Last year a photographer named Dana Spaeth-Williams put out a three-minute video consisting of a bunch of stills of kids holding placards which together delivered a standard and benign series of statements about the risk of guns. Nothing that was said on the video hasn’t been said on thousands of other YouTube videos, none of the portraits of the children were inflammatory, provocative or anything like that. The music was spare and haunting, the black-white contrast was artistic as could be; the video was as much a work of art as it was a political statement about gun violence today. Evidently the video was also posted on Yahoo, AOL and MSNBC.
To date the YouTube video has been viewed 32,115 times, which isn’t a game-breaker for YouTube by any means. It has also attracted 263 comments and garnered 337 ‘likes’ and 158 ‘dislikes;’ again, numbers which indicate that neither the pro-gun nor the anti-gun crowd is responding to the video in droves. Nevertheless, Ms. Spaeth-Williams has produced another video, again with a lovely musical background, which is simply a series of comments that were made about the original video since it went live. To sum up, the comments are about as nasty, ugly and (it goes without saying) stupid as they can be. As much as we like to think we are an educated, advanced and cultured society, there are certainly some among us who still believe they can contribute to a conversation by saying the worst, most profanity-laced rants, regardless of whether they have anything to do with the topic at hand.
The second video states that the comments were culled from “thousands” of comments received from pro-gun extremists, and while I didn’t look at comments on Yahoo, AOL or MSNBC, I did read all the postings on YouTube which, I assume, would have been similar to what appeared wherever the video could be seen. Were there lots of loony, nasty and indecipherable comments? Of course. Did some of the bloggers compete with one another to see who could say the nastiest, coarsest things? Of course. Did many of the most ‘extreme’ comments appear to be the work of teen-agers who love to say on the internet what they can’t say out loud in their 7th grade class? Of course.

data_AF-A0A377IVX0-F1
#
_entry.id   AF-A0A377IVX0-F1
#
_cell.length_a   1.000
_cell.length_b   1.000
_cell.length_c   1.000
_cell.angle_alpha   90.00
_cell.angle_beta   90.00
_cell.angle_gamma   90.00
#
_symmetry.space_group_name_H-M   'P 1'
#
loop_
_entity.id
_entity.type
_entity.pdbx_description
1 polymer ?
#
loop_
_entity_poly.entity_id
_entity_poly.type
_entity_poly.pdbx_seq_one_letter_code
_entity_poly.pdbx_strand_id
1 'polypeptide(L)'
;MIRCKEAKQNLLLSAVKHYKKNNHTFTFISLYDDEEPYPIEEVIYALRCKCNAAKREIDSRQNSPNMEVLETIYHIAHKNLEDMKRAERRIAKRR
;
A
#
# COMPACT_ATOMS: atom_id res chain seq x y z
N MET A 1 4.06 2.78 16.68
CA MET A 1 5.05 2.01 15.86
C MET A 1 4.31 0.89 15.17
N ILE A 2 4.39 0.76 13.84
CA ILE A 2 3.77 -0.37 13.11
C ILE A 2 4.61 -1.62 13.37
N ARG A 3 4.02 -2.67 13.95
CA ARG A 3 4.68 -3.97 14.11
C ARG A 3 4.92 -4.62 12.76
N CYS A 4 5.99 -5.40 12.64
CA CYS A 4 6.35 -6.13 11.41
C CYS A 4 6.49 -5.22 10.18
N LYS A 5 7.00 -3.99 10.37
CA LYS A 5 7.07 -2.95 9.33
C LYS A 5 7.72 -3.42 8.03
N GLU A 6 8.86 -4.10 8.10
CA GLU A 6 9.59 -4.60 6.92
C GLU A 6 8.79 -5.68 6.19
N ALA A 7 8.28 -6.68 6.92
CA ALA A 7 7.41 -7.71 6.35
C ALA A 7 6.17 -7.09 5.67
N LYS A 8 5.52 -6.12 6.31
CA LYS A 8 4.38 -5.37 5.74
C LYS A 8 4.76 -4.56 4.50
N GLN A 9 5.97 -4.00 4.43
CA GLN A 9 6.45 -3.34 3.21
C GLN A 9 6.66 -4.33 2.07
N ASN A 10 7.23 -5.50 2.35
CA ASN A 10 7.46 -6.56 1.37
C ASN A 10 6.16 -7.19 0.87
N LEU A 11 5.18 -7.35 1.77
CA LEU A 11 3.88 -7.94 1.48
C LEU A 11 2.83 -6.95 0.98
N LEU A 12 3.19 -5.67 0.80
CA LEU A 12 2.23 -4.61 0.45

But what I found most interesting were the numerous comments that were positive, favorable and not just a quick pat on the back, but often contained serious efforts to talk about the content and impact of the video’s message, along with its clear attempt to be considered as a piece of art. In fact, I don’t recall seeing as many thoughtful and respectful reactions to any other gun-control message that has been posted online, which only proves once again that if you elevate the level of your content, you tend to elevate the level of people who respond.
Did the crazy, loony and offensive pro-gun comments upset me? Not a bit. Comments like “You left wing libernuts should be the first ones in the encampments like the Jews” don’t bother me because the guy who wrote it talks to the same two or three people every day and nobody really cares what he thinks or says. Meanwhile, a guy who says the same thing to CNN is favored by nearly one out of five likely national Republican voters to be the next President of the United States. Can I really blame some poor, pathetic shut-in sitting in front of his computer all day making anti-Semitic rants when Ben Carson, a neurosurgeon no less, dismisses criticisms from a leading Jewish civil rights organization as “foolishness?” But we all know that Jews = Liberals so what does Carson stand to lose?
Hey Dana, want to make another video containing extreme and offensive statements about guns? Just splice together the words of Carson, Trump, Fiorina, Bush and all the other Republicans who have decided that protecting the 2nd Amendment is the most important problem facing America today.